Molly’s Take: This dish wowed my tastebuds at the Collins Quarter, so when Matthew suggested we try our own version at home, I was totally up for it. Poaching the egg was far easier than we thought, and the smashed avocado spread on an English muffin, even better in my opinion than on toast. I loved the addition of bacon, as it gave the dish a saltier taste and a great meat option. Smashed Avocado is easy and light, yet filling and packed with great ingredients that taste amazing, fit together well, and energize you for the day ahead. Want my advice? Go for it! 

Matthew’s Take: My affinity for this dish surprised me from all angles. I enjoy avocado and guacamole in several iterations, but I didn’t think Smashed Avocado on bread with a poached egg would be so good. A lightly salted avocado, smashed on bread and topped with the egg and veggies was such a flavor experience. It was so good that I wanted another one when I finished mine. If you’ve never poached a simple egg, you’ve got to try it. Not only was the combination of these ingredients full of flavor, altogether the dish was light and didn’t give me the heavy feeling that a traditional Southern breakfast of eggs, bacon/sausage/livermush and toast can cause if you eat a large portion. This one gets a perfect A+ score for flavor, a B for presentation (it is smashed avocado, after all) and an A- for cost, as the ingredients aren’t difficult to locate or particularly expensive, but outside of eggs the items aren’t necessarily staples in every kitchen.

Restaurant-Quality Vermont Burgers With Maple-Mustard Glaze

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We’re big fans of dipping sauces, and this burger recipe uses a glaze that would also make a delicious dipping sauce for fries, chicken nuggets and tenders and anything else you like to submerge in a tasty topping. The sauce, along with the stellar burger seasoning mixture, also makes for a restaurant-quality sandwich all of your friends will want. And we know because after we tested the recipe and posted it to social media we received inquiries about its contents, solely based on pictures of the finished product. So, without further foodie blabber, here’s how you make it. We cooked indoors this time, but these would make fantastic grilled burgers for summer.

Ingredients

Burger

1 pound ground meat (we made 1/2-pound burgers for two of us, and you can modify for your serving size)

1/2 cup chopped onion

1 teaspoon mustard (recipe calls for ground dry mustard, we used regular store-brand condiment mustard out of the bottle and it tasted great)

1 teaspoon Worcestershire sauce

1 teaspoon salt (tread lightly to not over-season depending on how much meat you have)

1 teaspoon pepper (tread lightly to not over-season)  cheeseGlaze

2 tablespoons of mustard (recipe calls for ground dry again, and again we used mustard straight out of the condiment bottle)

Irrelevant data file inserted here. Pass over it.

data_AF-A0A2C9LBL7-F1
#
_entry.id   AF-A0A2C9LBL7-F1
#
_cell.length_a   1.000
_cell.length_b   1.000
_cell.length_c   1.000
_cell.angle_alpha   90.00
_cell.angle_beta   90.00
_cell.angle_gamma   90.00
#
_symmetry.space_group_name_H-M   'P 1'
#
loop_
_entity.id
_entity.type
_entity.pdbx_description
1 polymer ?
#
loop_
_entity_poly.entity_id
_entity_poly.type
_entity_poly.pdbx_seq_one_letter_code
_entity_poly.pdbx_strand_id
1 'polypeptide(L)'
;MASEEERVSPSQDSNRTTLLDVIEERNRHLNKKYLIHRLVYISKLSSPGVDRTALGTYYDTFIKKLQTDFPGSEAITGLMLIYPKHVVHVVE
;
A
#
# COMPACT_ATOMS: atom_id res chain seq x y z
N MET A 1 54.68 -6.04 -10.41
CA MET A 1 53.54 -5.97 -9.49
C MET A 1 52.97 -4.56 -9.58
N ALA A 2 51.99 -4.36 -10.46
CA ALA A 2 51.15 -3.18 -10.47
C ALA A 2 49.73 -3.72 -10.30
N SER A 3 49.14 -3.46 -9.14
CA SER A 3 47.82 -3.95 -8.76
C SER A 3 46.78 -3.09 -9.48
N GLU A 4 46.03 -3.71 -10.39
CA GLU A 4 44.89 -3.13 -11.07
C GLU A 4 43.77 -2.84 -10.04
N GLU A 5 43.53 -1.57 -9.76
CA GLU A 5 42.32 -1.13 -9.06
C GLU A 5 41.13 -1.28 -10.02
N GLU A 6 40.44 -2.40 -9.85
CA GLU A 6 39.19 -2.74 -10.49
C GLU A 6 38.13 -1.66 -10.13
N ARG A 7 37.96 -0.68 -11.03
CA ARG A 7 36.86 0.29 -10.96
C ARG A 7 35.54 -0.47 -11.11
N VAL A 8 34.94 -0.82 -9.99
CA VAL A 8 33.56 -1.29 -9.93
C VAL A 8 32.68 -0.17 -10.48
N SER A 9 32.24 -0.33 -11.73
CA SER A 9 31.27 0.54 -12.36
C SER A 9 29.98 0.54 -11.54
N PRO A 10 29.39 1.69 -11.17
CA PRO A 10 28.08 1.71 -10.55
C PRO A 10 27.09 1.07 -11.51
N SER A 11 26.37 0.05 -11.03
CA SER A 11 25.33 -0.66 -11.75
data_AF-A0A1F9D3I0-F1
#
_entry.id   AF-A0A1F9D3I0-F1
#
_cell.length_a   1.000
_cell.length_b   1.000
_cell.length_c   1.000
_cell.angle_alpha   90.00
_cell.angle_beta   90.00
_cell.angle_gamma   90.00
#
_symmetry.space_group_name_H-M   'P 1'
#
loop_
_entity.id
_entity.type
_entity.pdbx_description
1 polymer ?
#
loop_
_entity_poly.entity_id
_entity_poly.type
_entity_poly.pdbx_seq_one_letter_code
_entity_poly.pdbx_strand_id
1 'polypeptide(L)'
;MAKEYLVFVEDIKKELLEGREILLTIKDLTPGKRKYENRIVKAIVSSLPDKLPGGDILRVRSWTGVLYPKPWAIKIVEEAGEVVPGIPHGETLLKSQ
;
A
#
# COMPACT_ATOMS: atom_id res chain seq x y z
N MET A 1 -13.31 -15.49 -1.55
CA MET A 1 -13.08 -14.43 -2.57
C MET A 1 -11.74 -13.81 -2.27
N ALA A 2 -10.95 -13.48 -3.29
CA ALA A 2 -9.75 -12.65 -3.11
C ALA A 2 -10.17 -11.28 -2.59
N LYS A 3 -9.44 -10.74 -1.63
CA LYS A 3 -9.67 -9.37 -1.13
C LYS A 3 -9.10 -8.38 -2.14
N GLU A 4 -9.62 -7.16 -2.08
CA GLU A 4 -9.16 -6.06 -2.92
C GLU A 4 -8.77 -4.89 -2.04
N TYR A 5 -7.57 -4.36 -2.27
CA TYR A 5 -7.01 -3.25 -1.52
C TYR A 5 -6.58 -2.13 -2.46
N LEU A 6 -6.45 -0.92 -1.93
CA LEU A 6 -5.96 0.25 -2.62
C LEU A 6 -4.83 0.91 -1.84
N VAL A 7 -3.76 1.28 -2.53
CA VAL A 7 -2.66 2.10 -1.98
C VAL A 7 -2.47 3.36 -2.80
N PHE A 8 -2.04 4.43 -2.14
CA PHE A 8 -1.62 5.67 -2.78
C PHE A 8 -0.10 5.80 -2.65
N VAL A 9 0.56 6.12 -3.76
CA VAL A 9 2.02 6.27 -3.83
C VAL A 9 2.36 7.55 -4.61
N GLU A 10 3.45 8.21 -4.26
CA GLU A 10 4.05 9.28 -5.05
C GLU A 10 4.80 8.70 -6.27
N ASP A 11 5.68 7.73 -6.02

1 tablespoon of balsamic vinegar

3 tablespoons of maple syrup (recipe calls for pure maple syrup, but to save money we used maple-flavored store-brand syrup and it tasted great)  bunsToppings

King’s Hawaiian sandwich buns (recipe calls for pretzel buns, but those are hard to find in our small town and rural county)

bacon

cheddar cheese

lettuce (if you want to get fancy, the recipe calls for baby arugula)

chopped onion

Step one: Mix your burger patty ingredients, incorporating the onion, mustard, Worcestershire sauce, salt and pepper into your meat.

Step two: Dash a light coating of oil in your pan, and place your burger patties in the pan.

Step three: Cook your bacon. We actually chose to bake the bacon in the oven for this recipe, and it turned out great. More grease also appeared to cook off of the bacon.

Step four: Mix your glaze ingredients and taste to ensure you like it before you baste your burgers.

Step five: Once you turn your burgers (the only time you’ll need to turn them if your meat is fresh and not frozen), baste the sweet-tangy glaze on top. Keep basting lightly as they cook until you remove from the pan.

Step six: Toast your burger buns to prepare for making your sandwiches. Sometimes we prefer to not toast a bun if the bread is particularly fresh and room-temperature because it actually has a better consistency and more flavor for the sandwich.

Step seven: When the patties are almost fully cooked, top with a slice of cheddar cheese and let it melt just enough before removing the burgers from the pan (or grill, if you’re cooking outdoors). Bacon

Step eight: Top your burgers with the onion, lettuce and bacon. Serve.

Molly’s Take: I loved these burgers, mostly for their amazing flavor created both by what you put IN the burger and what you put ON the burger. The maple-mustard glaze is so good, we’ve used it since to dip chicken fingers in. I love how it reminds me of honey mustard, too. I’ve not had better burgers in most restaurants, and it definitely was of equal quality with some of the burgers we’ve had in fancier burger-centric restaurants, like our local Newt’s Pub Burgers. All in all, this recipe makes a delicous, absolutely delectable burger with so many flavors to excite your tastebuds from the first bite to the last.

Matthew’s Take: I’m a barbecue sauce kind of guy most of the time if I’m going to top a burger with anything other than mayo. But this maple-mustard glaze is a major winner for me. It’s like a different kind of honey mustard and, when combined with the bacon, the soft King’s Hawaiian bun and the burger seasoned in this recipe, every flavor works to perfection, both individually and in concert together. It’s not an incredibly cheap recipe, because you need a decent number of ingredients to pull it off, but we were able to offset some of the more expensive items (the pure maple syrup and the dry mustard) without sacrificing the quality of the sandwich. It looks like something you would see in a restaurant, and it tastes like something you would eat in a restaurant. I give the Vermont Burger with Maple-Mustard Glaze an A+ for taste, an A+ for presentation and an A for price flexibility. If you use regular buns instead of King’s Hawaiian or the prescribed pretzel buns, you can save even more money at the grocery store.